I think the tactical issues of open carry mirror the social issues quite well. If you present yourself in an in-your-face manner then you make yourself a target. If you remain covert, you aren’t as much of a target. Showing your whole hand from a position of disadvantage is stupid, in self-defense and in activism.

    It’s like it’s not enough for some people to exercise their rights without interference or backlash. They want to be able to do it plus have people’s approval of it. They want to do it plus flaunt it in the faces of people who disagree. If it’s not enough to exercise your rights for practical reasons and you feel like you need to be making a statement all of the time or tweaking anti-s and being cocky about your views then you are probably an a$shole. You care more about your ego in the here-and-now than the cause in the long run. I’m not saying don’t open carry if you need to, but don’t go out there specifically to kick hornets nests because you get off on the sight of the swarm.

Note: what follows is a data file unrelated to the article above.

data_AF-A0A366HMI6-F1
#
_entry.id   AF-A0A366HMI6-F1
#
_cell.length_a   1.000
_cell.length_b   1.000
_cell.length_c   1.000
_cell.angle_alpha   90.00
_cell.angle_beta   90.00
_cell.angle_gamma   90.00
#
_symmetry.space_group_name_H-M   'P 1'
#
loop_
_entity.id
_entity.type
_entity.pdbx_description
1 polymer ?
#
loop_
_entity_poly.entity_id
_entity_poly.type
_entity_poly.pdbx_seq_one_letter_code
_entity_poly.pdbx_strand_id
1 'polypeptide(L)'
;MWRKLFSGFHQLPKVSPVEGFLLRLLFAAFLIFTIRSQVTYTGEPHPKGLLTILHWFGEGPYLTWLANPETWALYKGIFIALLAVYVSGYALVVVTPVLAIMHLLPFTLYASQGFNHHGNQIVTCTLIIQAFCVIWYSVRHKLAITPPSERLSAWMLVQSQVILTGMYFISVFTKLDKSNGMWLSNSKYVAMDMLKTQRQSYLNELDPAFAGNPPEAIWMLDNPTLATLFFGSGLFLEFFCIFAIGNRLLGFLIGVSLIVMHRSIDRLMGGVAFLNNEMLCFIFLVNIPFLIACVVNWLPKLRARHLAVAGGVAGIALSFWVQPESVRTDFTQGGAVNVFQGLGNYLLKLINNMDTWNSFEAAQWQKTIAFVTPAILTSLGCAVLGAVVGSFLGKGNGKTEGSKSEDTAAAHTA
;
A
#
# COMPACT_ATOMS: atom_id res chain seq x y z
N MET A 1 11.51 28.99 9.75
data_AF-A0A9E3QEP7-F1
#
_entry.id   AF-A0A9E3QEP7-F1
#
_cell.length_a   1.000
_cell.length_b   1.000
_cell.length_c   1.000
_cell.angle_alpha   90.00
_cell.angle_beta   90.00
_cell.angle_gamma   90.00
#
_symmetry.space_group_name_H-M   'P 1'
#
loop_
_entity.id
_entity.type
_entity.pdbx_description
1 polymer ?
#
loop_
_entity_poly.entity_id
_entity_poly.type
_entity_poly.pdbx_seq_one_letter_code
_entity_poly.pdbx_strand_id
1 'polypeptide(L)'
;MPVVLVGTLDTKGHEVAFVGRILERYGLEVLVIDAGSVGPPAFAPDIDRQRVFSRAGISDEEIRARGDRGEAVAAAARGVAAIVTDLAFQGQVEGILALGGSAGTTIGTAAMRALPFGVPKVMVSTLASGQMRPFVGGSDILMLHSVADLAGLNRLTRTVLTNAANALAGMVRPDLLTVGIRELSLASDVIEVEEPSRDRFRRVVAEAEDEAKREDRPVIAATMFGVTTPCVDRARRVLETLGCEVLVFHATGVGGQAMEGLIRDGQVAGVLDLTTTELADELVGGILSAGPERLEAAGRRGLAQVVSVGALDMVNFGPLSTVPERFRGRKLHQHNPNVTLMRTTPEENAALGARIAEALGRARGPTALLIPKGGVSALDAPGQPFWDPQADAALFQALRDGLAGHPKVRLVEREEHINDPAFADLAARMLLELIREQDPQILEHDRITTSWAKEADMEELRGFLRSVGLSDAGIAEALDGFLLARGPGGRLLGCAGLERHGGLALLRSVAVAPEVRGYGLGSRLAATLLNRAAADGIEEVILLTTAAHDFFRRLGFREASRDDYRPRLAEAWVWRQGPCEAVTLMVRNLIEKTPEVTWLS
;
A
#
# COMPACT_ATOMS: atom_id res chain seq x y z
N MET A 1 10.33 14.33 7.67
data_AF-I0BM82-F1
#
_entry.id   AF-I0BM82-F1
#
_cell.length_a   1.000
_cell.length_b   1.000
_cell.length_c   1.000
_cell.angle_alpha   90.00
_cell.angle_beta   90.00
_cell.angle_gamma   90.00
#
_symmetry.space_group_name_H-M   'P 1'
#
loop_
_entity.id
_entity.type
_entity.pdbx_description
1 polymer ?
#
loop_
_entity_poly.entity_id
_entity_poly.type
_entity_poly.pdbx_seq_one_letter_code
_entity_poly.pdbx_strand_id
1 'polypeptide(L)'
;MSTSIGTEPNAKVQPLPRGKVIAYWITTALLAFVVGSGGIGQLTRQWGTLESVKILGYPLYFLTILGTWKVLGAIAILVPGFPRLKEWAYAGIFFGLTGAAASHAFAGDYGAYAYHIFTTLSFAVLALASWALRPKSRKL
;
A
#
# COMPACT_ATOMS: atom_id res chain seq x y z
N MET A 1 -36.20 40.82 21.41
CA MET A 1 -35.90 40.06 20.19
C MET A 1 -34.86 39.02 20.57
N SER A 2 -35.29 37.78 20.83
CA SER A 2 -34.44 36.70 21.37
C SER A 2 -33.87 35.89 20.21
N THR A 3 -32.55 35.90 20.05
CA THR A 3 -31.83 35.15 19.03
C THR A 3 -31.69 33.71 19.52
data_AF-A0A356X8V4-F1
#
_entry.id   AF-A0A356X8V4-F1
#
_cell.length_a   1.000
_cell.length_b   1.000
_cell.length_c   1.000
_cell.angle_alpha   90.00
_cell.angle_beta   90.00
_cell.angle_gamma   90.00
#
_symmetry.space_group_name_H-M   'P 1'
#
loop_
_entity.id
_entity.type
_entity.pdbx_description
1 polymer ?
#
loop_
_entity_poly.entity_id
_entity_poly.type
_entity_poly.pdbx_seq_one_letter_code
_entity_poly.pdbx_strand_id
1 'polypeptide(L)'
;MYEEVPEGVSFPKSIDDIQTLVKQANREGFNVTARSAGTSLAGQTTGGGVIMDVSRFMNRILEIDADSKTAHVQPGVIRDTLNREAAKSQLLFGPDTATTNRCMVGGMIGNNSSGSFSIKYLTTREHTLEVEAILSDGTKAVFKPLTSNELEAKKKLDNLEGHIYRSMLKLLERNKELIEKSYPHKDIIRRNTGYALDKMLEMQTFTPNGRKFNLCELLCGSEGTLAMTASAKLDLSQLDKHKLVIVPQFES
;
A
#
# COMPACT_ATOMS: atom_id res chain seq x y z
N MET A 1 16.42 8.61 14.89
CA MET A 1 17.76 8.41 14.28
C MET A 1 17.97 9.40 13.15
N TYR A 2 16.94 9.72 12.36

Starbucks has stayed out of the gun debate. And that’s good enough, and hell, that’s the model behavior we should want to achieve with more stores and movie theaters and stuff like that. Rubbing it in everyone’s face is going to eventually force them to enter the debate. They’re not going to like that, and therefore we are not going to like the outcome.

    If the place doesn’t have proper signage indicating no guns allowed then leave it at that, carry your gun, and don’t make a big deal about it. Don’t give them a reason to put a sign up allowing them the possibility of putting you at a legal disadvantage. Don’t ask them a question that’s going to make them bring lawyers into the decision making process.

    -D

  10. I find it pathetic that any firearms owner even
    supports Starbucks at all until they make a decision to support the second amendment
    without strings attached.

    • Maybe, but as a major international business, Starbucks’ policy of simply allowing what is legal by local laws goes far and above many other businesses with contradictory corporate policies.

      • I only mentioned Starbucks because they are the topic.
        There are certainly other companies that should be held
        accountable as well for their not permitting firearms in their
        place of business or allow firearms to be carries legally inside
        their place of business but also have strings attached.